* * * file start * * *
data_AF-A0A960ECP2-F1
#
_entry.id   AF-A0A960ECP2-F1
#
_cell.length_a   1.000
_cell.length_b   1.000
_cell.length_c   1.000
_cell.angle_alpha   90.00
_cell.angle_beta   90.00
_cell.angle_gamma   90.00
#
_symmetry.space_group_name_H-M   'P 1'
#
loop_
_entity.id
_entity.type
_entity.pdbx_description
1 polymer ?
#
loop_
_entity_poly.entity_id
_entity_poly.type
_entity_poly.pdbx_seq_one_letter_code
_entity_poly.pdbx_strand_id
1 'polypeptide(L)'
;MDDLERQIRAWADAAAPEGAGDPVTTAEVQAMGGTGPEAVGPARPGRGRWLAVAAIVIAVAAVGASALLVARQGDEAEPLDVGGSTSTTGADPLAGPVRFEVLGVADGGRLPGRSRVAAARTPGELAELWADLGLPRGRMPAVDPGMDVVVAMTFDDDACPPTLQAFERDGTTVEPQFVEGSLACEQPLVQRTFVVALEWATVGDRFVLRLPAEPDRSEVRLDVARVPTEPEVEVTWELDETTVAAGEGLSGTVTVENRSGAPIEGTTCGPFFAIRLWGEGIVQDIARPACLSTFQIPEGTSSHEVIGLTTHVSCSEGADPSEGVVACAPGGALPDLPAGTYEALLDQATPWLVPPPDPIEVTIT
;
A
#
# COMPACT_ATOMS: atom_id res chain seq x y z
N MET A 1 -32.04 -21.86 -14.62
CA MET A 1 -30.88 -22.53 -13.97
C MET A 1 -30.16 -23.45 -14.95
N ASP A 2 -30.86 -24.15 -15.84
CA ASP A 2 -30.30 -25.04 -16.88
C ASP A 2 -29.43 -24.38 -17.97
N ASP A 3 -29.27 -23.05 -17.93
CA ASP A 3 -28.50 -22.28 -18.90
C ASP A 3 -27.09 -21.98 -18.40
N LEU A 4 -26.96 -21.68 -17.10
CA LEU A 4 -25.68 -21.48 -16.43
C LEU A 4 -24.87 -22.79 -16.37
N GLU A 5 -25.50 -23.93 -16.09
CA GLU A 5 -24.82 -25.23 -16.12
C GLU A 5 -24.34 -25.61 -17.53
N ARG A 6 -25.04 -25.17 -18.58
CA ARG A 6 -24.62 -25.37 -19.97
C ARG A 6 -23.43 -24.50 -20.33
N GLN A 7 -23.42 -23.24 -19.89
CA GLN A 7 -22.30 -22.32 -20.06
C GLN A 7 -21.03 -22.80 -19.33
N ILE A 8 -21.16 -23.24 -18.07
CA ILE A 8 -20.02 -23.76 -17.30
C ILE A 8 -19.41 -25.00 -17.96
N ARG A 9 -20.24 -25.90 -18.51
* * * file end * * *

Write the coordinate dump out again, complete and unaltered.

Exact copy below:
data_AF-A0A960ECP2-F1
#
_entry.id   AF-A0A960ECP2-F1
#
_cell.length_a   1.000
_cell.length_b   1.000
_cell.length_c   1.000
_cell.angle_alpha   90.00
_cell.angle_beta   90.00
_cell.angle_gamma   90.00
#
_symmetry.space_group_name_H-M   'P 1'
#
loop_
_entity.id
_entity.type
_entity.pdbx_description
1 polymer ?
#
loop_
_entity_poly.entity_id
_entity_poly.type
_entity_poly.pdbx_seq_one_letter_code
_entity_poly.pdbx_strand_id
1 'polypeptide(L)'
;MDDLERQIRAWADAAAPEGAGDPVTTAEVQAMGGTGPEAVGPARPGRGRWLAVAAIVIAVAAVGASALLVARQGDEAEPLDVGGSTSTTGADPLAGPVRFEVLGVADGGRLPGRSRVAAARTPGELAELWADLGLPRGRMPAVDPGMDVVVAMTFDDDACPPTLQAFERDGTTVEPQFVEGSLACEQPLVQRTFVVALEWATVGDRFVLRLPAEPDRSEVRLDVARVPTEPEVEVTWELDETTVAAGEGLSGTVTVENRSGAPIEGTTCGPFFAIRLWGEGIVQDIARPACLSTFQIPEGTSSHEVIGLTTHVSCSEGADPSEGVVACAPGGALPDLPAGTYEALLDQATPWLVPPPDPIEVTIT
;
A
#
# COMPACT_ATOMS: atom_id res chain seq x y z
N MET A 1 -32.04 -21.86 -14.62
CA MET A 1 -30.88 -22.53 -13.97
C MET A 1 -30.16 -23.45 -14.95
N ASP A 2 -30.86 -24.15 -15.84
CA ASP A 2 -30.30 -25.04 -16.88
C ASP A 2 -29.43 -24.38 -17.97
N ASP A 3 -29.27 -23.05 -17.93
CA ASP A 3 -28.50 -22.28 -18.90
C ASP A 3 -27.09 -21.98 -18.40
N LEU A 4 -26.96 -21.68 -17.10
CA LEU A 4 -25.68 -21.48 -16.43
C LEU A 4 -24.87 -22.79 -16.37
N GLU A 5 -25.50 -23.93 -16.09
CA GLU A 5 -24.82 -25.23 -16.12
C GLU A 5 -24.34 -25.61 -17.53
N ARG A 6 -25.04 -25.17 -18.58
CA ARG A 6 -24.62 -25.37 -19.97
C ARG A 6 -23.43 -24.50 -20.33
N GLN A 7 -23.42 -23.24 -19.89
CA GLN A 7 -22.30 -22.32 -20.06
C GLN A 7 -21.03 -22.80 -19.33
N ILE A 8 -21.16 -23.24 -18.07
CA ILE A 8 -20.02 -23.76 -17.30
C ILE A 8 -19.41 -25.00 -17.96
N ARG A 9 -20.24 -25.90 -18.51